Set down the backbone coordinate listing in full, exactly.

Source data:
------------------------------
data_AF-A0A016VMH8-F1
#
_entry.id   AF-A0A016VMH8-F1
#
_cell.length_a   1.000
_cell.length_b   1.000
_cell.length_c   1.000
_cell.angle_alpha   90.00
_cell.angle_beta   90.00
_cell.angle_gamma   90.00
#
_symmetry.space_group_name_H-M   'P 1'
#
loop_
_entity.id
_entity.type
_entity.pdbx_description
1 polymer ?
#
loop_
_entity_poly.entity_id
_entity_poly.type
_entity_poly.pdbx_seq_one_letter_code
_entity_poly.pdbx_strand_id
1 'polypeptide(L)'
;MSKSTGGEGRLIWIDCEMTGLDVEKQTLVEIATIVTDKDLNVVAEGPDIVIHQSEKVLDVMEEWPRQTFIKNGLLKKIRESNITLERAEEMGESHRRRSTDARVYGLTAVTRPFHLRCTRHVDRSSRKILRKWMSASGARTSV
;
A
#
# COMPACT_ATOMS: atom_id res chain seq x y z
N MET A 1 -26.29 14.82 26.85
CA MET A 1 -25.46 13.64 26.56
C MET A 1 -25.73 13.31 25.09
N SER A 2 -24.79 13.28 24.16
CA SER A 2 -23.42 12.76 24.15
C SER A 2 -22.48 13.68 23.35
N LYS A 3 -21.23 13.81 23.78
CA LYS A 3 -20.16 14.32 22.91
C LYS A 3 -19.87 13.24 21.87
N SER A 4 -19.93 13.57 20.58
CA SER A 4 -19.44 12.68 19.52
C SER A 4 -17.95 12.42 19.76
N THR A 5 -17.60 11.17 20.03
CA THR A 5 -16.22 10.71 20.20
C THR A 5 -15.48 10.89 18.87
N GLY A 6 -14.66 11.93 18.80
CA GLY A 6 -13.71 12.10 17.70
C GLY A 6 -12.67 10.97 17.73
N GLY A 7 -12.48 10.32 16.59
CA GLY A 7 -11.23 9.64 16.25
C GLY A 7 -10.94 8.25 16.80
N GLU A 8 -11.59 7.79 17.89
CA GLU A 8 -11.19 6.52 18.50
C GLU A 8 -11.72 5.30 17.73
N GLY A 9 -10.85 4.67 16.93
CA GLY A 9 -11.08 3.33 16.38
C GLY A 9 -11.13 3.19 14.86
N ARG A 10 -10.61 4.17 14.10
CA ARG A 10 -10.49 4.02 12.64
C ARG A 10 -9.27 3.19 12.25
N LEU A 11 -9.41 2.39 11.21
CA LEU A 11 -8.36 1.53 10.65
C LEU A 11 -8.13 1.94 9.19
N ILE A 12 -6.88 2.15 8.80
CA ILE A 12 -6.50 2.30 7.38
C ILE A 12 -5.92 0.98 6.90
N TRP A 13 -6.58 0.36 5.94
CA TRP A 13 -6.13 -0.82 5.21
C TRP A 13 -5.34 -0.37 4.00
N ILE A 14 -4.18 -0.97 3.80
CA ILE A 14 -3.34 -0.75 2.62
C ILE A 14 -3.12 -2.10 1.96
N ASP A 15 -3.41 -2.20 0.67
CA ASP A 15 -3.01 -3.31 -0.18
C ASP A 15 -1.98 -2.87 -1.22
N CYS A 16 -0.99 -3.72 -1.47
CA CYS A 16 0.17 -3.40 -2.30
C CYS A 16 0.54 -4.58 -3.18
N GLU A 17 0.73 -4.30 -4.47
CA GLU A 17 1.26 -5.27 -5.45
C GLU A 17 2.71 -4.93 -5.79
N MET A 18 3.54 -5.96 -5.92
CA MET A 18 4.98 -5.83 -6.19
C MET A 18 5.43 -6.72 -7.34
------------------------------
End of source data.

data_AF-A0A016VMH8-F1
#
_entry.id   AF-A0A016VMH8-F1
#
_cell.length_a   1.000
_cell.length_b   1.000
_cell.length_c   1.000
_cell.angle_alpha   90.00
_cell.angle_beta   90.00
_cell.angle_gamma   90.00
#
_symmetry.space_group_name_H-M   'P 1'
#
loop_
_entity.id
_entity.type
_entity.pdbx_description
1 polymer ?
#
loop_
_entity_poly.entity_id
_entity_poly.type
_entity_poly.pdbx_seq_one_letter_code
_entity_poly.pdbx_strand_id
1 'polypeptide(L)'
;MSKSTGGEGRLIWIDCEMTGLDVEKQTLVEIATIVTDKDLNVVAEGPDIVIHQSEKVLDVMEEWPRQTFIKNGLLKKIRESNITLERAEEMGESHRRRSTDARVYGLTAVTRPFHLRCTRHVDRSSRKILRKWMSASGARTSV
;
A
#
# COMPACT_ATOMS: atom_id res chain seq x y z
N MET A 1 -26.29 14.82 26.85
CA MET A 1 -25.46 13.64 26.56
C MET A 1 -25.73 13.31 25.09
N SER A 2 -24.79 13.28 24.16
CA SER A 2 -23.42 12.76 24.15
C SER A 2 -22.48 13.68 23.35
N LYS A 3 -21.23 13.81 23.78
CA LYS A 3 -20.16 14.32 22.91
C LYS A 3 -19.87 13.24 21.87
N SER A 4 -19.93 13.57 20.58
CA SER A 4 -19.44 12.68 19.52
C SER A 4 -17.95 12.42 19.76
N THR A 5 -17.60 11.17 20.03
CA THR A 5 -16.22 10.71 20.20
C THR A 5 -15.48 10.89 18.87
N GLY A 6 -14.66 11.93 18.80
CA GLY A 6 -13.71 12.10 17.70
C GLY A 6 -12.67 10.97 17.73
N GLY A 7 -12.48 10.32 16.59
CA GLY A 7 -11.23 9.64 16.25
C GLY A 7 -10.94 8.25 16.80
N GLU A 8 -11.59 7.79 17.89
CA GLU A 8 -11.19 6.52 18.50
C GLU A 8 -11.72 5.30 17.73
N GLY A 9 -10.85 4.67 16.93
CA GLY A 9 -11.08 3.33 16.38
C GLY A 9 -11.13 3.19 14.86
N ARG A 10 -10.61 4.17 14.10
CA ARG A 10 -10.49 4.02 12.64
C ARG A 10 -9.27 3.19 12.25
N LEU A 11 -9.41 2.39 11.21
CA LEU A 11 -8.36 1.53 10.65
C LEU A 11 -8.13 1.94 9.19
N ILE A 12 -6.88 2.15 8.80
CA ILE A 12 -6.50 2.30 7.38
C ILE A 12 -5.92 0.98 6.90
N TRP A 13 -6.58 0.36 5.94
CA TRP A 13 -6.13 -0.82 5.21
C TRP A 13 -5.34 -0.37 4.00
N ILE A 14 -4.18 -0.97 3.80
CA ILE A 14 -3.34 -0.75 2.62
C ILE A 14 -3.12 -2.10 1.96
N ASP A 15 -3.41 -2.20 0.67
CA ASP A 15 -3.01 -3.31 -0.18
C ASP A 15 -1.98 -2.87 -1.22
N CYS A 16 -0.99 -3.72 -1.47
CA CYS A 16 0.17 -3.40 -2.30
C CYS A 16 0.54 -4.58 -3.18
N GLU A 17 0.73 -4.30 -4.47
CA GLU A 17 1.26 -5.27 -5.45
C GLU A 17 2.71 -4.93 -5.79
N MET A 18 3.54 -5.96 -5.92
CA MET A 18 4.98 -5.83 -6.19
C MET A 18 5.43 -6.72 -7.34